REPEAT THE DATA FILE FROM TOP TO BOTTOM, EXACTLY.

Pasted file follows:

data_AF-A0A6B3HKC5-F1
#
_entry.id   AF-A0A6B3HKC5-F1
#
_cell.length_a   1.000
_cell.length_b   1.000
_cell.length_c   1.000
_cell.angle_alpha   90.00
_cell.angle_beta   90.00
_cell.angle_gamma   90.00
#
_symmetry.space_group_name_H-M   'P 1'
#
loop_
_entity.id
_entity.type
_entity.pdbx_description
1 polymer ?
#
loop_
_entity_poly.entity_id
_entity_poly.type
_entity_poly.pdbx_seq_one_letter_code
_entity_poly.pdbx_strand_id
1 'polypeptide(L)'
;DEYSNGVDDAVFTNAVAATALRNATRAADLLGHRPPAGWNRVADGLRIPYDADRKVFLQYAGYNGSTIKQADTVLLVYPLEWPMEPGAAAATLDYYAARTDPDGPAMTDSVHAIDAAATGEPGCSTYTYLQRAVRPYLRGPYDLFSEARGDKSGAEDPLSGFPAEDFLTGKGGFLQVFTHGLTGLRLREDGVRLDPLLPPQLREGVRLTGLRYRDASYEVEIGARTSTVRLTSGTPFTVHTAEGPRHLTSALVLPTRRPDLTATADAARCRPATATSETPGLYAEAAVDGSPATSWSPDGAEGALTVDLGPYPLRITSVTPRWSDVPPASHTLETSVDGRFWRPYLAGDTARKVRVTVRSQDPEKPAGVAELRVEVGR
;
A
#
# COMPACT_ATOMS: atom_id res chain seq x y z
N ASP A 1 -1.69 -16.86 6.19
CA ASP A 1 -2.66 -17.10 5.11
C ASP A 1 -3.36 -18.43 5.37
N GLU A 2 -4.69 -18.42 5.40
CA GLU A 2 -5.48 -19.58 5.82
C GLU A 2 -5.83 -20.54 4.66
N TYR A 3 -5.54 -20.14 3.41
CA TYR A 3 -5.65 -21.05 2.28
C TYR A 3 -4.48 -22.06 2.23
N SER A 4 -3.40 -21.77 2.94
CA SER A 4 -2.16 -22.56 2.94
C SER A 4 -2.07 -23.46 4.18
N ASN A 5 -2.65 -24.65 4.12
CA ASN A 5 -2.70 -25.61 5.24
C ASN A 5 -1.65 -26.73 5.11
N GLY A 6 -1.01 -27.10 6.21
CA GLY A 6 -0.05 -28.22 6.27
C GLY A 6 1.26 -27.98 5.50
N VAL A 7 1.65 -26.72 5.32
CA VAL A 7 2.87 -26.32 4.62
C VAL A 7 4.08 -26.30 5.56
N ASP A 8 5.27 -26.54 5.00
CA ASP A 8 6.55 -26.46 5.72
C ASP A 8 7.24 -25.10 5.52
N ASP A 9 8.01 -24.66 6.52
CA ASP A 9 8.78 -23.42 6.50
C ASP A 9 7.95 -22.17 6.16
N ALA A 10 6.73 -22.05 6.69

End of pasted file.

data_AF-A0A6B3HKC5-F1
#
_entry.id   AF-A0A6B3HKC5-F1
#
_cell.length_a   1.000
_cell.length_b   1.000
_cell.length_c   1.000
_cell.angle_alpha   90.00
_cell.angle_beta   90.00
_cell.angle_gamma   90.00
#
_symmetry.space_group_name_H-M   'P 1'
#
loop_
_entity.id
_entity.type
_entity.pdbx_description
1 polymer ?
#
loop_
_entity_poly.entity_id
_entity_poly.type
_entity_poly.pdbx_seq_one_letter_code
_entity_poly.pdbx_strand_id
1 'polypeptide(L)'
;DEYSNGVDDAVFTNAVAATALRNATRAADLLGHRPPAGWNRVADGLRIPYDADRKVFLQYAGYNGSTIKQADTVLLVYPLEWPMEPGAAAATLDYYAARTDPDGPAMTDSVHAIDAAATGEPGCSTYTYLQRAVRPYLRGPYDLFSEARGDKSGAEDPLSGFPAEDFLTGKGGFLQVFTHGLTGLRLREDGVRLDPLLPPQLREGVRLTGLRYRDASYEVEIGARTSTVRLTSGTPFTVHTAEGPRHLTSALVLPTRRPDLTATADAARCRPATATSETPGLYAEAAVDGSPATSWSPDGAEGALTVDLGPYPLRITSVTPRWSDVPPASHTLETSVDGRFWRPYLAGDTARKVRVTVRSQDPEKPAGVAELRVEVGR
;
A
#
# COMPACT_ATOMS: atom_id res chain seq x y z
N ASP A 1 -1.69 -16.86 6.19
CA ASP A 1 -2.66 -17.10 5.11
C ASP A 1 -3.36 -18.43 5.37
N GLU A 2 -4.69 -18.42 5.40
CA GLU A 2 -5.48 -19.58 5.82
C GLU A 2 -5.83 -20.54 4.66
N TYR A 3 -5.54 -20.14 3.41
CA TYR A 3 -5.65 -21.05 2.28
C TYR A 3 -4.48 -22.06 2.23
N SER A 4 -3.40 -21.77 2.94
CA SER A 4 -2.16 -22.56 2.94
C SER A 4 -2.07 -23.46 4.18
N ASN A 5 -2.65 -24.65 4.12
CA ASN A 5 -2.70 -25.61 5.24
C ASN A 5 -1.65 -26.73 5.11
N GLY A 6 -1.01 -27.10 6.21
CA GLY A 6 -0.05 -28.22 6.27
C GLY A 6 1.26 -27.98 5.50
N VAL A 7 1.65 -26.72 5.32
CA VAL A 7 2.87 -26.32 4.62
C VAL A 7 4.08 -26.30 5.56
N ASP A 8 5.27 -26.54 5.00
CA ASP A 8 6.55 -26.46 5.72
C ASP A 8 7.24 -25.10 5.52
N ASP A 9 8.01 -24.66 6.52
CA ASP A 9 8.78 -23.42 6.50
C ASP A 9 7.95 -22.17 6.16
N ALA A 10 6.73 -22.05 6.69